Rockstar is usually known for their work on popular sandbox games and for turning the genre into what it is with the Grand Theft Auto series. With LA Noire, Rockstar takes a backseat to Team Bondi in development, and they put out a title that doesn’t quite make good use of its fantastic setting, but is still a fun and incredibly well written game that explores the seedy underbelly of 1947 Los Angeles. With the use of a real city, real companies and real people of the time, it ends up being a very dark and morbid look at the time, and is very fitting for the noir genre.


Players are put into the shoes of Detective Cole Phelps, an ambitious but flawed cop who seems to view others from atop an ivory tower. He’s an excellent cop and moves up the ranks within the police department with astonishing speed, with players playing as a beat cop, then moving up to Traffic, Homicide, Vice and then Arson (and don’t worry, there’s a story reason for Cole moving to Arson that pays off in the long run). The tale tells various side stories and breaks up to give us a unique case unrelated to the plot at hand, but there is an overarching plot that starts to kick in about ¼ of the way through the game, once Cole has been through the tutorial segments. It’s not presented as well as it could be, cases in real life are often worked on simultaneously (which is a missed open world aspect), and we rarely see any glimpses of Cole or his partners outside of their jobs, but it does ensure the story moves forward, and considering the various subplots and distractions it was probably a good decision, but it’s still a missed opportunity to flesh out the world.


The gameplay that supplements the story is very polished, with quick gunplay you’ve come to expect from most shooters, weighty vehicles for chase sequences (or just driving around), and the occasional fist fight of follow sequence to shake things up. The real meat of the experience, and the things players will be doing the most, are the investigations and interrogations they’ll be conducting, which puts things at a slower pace than you might expect but allow it to offer a very novel experience. The focus on these aspects is furthered by the ranking system, which offers new suits to wear on occasion, but mainly doles out intuition points for the player to use when interrogating a suspect or investigating an area. Intuition points allow you to ask the community, highlight clues in the area, or remove a wrong answer, and the rarity of intuition points means that these don’t break the game but end up offering a little extra help for determining a tell or exploring a large area.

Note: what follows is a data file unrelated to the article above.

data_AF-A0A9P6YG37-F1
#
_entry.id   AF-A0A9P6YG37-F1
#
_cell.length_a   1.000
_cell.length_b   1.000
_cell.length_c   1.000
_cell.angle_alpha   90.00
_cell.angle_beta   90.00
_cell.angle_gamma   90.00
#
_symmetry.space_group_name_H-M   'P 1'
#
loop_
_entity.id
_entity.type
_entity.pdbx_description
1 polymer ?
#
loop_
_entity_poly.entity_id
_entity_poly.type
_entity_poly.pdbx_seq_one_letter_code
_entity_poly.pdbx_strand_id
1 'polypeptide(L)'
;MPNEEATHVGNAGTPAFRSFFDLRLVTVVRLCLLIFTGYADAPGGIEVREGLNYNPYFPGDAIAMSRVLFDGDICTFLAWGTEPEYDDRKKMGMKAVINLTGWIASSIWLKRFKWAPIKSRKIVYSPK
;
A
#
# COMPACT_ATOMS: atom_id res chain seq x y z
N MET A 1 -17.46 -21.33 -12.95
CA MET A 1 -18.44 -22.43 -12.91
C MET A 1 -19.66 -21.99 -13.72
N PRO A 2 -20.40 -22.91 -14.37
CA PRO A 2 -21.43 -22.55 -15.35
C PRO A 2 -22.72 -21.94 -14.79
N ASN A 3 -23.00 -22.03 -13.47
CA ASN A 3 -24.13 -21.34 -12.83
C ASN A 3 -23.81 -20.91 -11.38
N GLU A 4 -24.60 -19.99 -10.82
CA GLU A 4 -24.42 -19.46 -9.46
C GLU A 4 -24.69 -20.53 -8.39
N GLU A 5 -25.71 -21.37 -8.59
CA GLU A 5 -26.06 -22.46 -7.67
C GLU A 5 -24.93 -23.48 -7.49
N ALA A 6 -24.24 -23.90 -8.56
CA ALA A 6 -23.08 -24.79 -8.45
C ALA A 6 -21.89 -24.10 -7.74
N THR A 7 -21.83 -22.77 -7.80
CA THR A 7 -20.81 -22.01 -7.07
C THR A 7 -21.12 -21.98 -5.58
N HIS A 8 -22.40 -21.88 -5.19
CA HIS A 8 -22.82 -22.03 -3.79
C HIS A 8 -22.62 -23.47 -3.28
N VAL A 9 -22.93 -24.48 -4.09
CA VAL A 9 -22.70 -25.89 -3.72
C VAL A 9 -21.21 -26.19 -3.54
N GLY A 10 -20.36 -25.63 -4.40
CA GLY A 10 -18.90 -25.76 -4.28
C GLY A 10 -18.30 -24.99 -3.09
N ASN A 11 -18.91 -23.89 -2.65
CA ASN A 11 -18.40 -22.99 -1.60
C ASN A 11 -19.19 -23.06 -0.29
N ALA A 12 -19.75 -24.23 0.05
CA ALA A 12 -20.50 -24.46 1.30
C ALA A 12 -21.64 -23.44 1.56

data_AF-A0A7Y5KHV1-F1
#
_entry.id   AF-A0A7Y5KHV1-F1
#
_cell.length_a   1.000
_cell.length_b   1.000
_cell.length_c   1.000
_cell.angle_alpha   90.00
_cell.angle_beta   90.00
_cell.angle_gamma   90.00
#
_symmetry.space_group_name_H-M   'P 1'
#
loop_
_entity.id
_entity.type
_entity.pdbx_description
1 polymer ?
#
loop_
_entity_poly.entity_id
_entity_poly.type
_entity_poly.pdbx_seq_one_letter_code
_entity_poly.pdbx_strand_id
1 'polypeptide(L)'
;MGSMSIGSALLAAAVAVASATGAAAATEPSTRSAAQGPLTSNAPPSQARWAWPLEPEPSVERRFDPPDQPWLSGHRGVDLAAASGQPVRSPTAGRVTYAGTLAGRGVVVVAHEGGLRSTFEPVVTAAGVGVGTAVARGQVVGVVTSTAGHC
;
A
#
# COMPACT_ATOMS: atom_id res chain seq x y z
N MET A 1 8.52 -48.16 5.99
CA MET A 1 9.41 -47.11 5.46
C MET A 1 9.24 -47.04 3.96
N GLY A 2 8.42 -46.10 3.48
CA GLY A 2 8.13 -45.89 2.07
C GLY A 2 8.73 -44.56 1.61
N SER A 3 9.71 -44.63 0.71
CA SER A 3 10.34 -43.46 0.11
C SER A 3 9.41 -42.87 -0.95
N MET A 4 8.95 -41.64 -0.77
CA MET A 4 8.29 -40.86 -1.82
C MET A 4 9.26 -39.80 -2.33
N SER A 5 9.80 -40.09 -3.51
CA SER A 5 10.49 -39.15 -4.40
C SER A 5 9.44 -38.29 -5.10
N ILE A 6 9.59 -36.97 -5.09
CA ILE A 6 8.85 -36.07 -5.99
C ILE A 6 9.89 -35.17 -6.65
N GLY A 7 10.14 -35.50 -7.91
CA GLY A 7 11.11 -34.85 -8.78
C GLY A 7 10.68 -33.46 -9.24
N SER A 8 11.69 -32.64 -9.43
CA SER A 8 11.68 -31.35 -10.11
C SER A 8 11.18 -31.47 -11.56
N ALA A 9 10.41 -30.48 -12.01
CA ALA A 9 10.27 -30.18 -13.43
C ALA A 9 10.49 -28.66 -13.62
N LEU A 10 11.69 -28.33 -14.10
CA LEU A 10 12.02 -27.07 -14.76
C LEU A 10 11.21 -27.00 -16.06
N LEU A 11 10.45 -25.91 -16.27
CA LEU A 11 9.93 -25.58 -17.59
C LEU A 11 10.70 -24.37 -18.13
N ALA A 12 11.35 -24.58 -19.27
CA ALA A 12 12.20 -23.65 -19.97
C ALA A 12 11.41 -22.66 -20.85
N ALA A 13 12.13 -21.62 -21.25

The motion capture work Team Bondi has done is fantastic, with the subtlest of emotions and tells shining through and allowing players to notice if someone is lying or telling the truth, and while it’s a bit exaggerated early on, it gets rather tough during later segments to make a good decision and often necessitated the use of Intuition Points the game offered to get an edge in deciding whether to doubt a suspect, believe them or accuse them of lying. The face work also does a fantastic job of fleshing out the cutscenes and characters and make the experience much more believable and fun to watch, seeing the faces recognized actors is an especially fun aspect of the game since before then we had to make do with likenesses attached to their voice, and now we see their face right on screen. The voice acting is also superb of course and it all fits together to draw a player into the tale, which makes up for any in game shortcomings and keeps the player invested through any repetition just to see how a case plays out.


The investigations themselves aren’t nearly as well done, a lot of it boils down to walking around an area and waiting for the controller to vibrate while listening to the music to tell whether or not you have found every clue in the area. It’s an odd balancing act, not everything in an area can be examined, likely because players would be picking up everything, but leaving only the main clues able to be examined would have made it too easy, so they take a middle ground approach that I’m not convinced is much better. Players can turn off the controller vibration for clues if they wish, but since nothing in the environment particularly stands out, it makes things much more difficult, especially with the camera the game uses that doesn’t really lend itself well to examining an area. Some clues are cleverly hidden or are tied to a puzzle that make them fun to work out, and they are often necessary to properly accuse a bad guy and make them fess up, but the system could have used some work, especially when I can think of a few games that did a pretty good job with clue finding and investigations.